[5th Allotted Day]

Part of European Union (Withdrawal) Act – in the House of Commons at 3:21 pm on 9th January 2019.

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Photo of Keir Starmer Keir Starmer Shadow Secretary of State for Exiting the European Union 3:21 pm, 9th January 2019

I will just make this point and then give way.

I was here for Prime Minister’s questions today, and I carefully noted what the Prime Minister said in answer to the first question from my right hon. Friend the Leader of the Opposition. First, she said that the changes that she is now relying on are the results of the December European Council summit, at which the EU agreed that it would use “its best endeavours” to secure the future relationship as quickly as possible. What else could it say? Of course, we would hope that it would do that. However, the EU also said at the same summit that the withdrawal agreement cannot be renegotiated, so that does not take us very far.

Secondly, the Prime Minister said that further clarifications might be “possible” by Tuesday, so we are in exactly the same position as we were on 10 December, with a hope for possible assurances—there may be something coming.

Thirdly, the Prime Minister referred to the paper on Northern Ireland published this morning, and the Brexit Secretary referred to it, too. Members may not have had the chance to read this 13-page document, but I have read it. I do not dismiss anything that marks a step towards ensuring that the concerns in Northern Ireland and across the whole United Kingdom are addressed, whatever they are, so I am not dismissing this document. However, on my reading—if I am wrong, I will correct this or be corrected—I think I am right in saying that the document does not contain any new commitments. It brings together the unilateral commitments made in other places at other times into one document. I have been going through the document as I have been in the Chamber, so if I am wrong, I will be challenged but, as far as I can see, it just builds on the unilateral commitments in paragraph 50 of the phase 1 joint report document from December 2017 and adds the commitments that the Prime Minister has made in Belfast and other places. I am not saying that those commitments are not important or are without significance. I do not dismiss them, but we need to see the document for what it is, which is a bringing together of existing commitments. The position has not changed between 10 December and today.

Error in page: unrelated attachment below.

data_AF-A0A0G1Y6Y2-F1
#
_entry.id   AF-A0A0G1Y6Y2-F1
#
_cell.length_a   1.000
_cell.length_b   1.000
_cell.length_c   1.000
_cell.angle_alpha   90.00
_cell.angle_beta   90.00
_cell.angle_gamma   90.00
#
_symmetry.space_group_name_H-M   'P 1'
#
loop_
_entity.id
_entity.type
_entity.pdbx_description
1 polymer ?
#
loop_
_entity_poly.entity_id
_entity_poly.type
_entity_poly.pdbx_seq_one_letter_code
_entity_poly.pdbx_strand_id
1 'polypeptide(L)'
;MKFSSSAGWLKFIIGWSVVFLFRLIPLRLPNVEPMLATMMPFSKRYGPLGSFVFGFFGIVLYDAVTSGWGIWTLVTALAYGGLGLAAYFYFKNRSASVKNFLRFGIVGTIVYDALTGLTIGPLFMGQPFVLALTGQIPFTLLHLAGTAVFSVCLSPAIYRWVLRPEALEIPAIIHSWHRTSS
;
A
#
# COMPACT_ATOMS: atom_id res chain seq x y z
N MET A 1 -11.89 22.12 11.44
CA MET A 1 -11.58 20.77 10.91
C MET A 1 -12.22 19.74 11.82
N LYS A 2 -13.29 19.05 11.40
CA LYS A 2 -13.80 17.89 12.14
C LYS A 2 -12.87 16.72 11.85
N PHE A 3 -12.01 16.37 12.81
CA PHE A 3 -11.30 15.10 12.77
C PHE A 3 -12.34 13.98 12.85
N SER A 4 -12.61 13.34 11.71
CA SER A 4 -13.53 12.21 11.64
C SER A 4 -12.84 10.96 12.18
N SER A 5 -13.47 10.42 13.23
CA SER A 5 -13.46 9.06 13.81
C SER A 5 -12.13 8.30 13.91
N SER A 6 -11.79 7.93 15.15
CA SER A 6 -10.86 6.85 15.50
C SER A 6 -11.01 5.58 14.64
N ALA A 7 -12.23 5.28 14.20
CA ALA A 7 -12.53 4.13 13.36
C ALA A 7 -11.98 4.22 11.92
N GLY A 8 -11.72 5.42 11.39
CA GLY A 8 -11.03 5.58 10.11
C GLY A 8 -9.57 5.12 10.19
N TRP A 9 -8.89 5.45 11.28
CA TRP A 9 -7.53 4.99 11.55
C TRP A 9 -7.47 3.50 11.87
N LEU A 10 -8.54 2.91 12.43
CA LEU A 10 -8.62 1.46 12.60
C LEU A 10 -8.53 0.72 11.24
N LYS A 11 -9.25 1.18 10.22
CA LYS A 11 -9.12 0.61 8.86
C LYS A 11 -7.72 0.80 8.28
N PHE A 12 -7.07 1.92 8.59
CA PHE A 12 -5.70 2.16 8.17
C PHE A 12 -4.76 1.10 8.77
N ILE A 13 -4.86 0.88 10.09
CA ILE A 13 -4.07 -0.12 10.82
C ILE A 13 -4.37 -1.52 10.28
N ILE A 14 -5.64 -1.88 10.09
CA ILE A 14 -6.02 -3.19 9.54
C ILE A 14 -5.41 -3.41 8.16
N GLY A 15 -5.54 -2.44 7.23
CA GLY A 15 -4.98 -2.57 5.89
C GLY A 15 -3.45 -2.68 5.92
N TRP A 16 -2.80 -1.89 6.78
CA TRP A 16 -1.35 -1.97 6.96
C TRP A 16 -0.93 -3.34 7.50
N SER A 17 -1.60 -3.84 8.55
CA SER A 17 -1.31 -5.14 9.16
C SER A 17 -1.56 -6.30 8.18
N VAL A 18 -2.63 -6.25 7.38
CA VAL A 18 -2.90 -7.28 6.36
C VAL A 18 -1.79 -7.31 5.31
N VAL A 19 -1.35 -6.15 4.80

The fourth thing that has been relied upon as a change that the House needs to take into account is that it is now said that Parliament will have a role in July 2020 when we must choose whether to apply for an extension of the transition or to go on to the backstop. There are several points about that, one of which is that it does not change the options, and I will develop why I think that those options will have to be exercised. Arguably, it is the logic of the article 50 case in the Supreme Court, certainly if we go on to the backstop, because the whole argument in the Supreme Court was that if we change the rights of individuals in this country as a matter of international law then we have to have a vote in this House, so I am not sure that this is much of a gift or concession from the Government.

The other point is the practical reality, which we have seen today and yesterday: the idea that the Prime Minister or anybody else was going to get away with freezing Parliament out of that decision in July 2020 is misconceived. We were always going to have a say on that, because it is such an important position. So the proposition on the table is not altered. The Brexit Secretary did not answer substantively on Monday because the December summit does not really take us anywhere: further clarifications may be possible but they are still long awaited, the Northern Ireland paper is a bringing together of existing commitments that does not change anything, and Parliament was always going to find a way of having a say in July 2020 as to which option we take.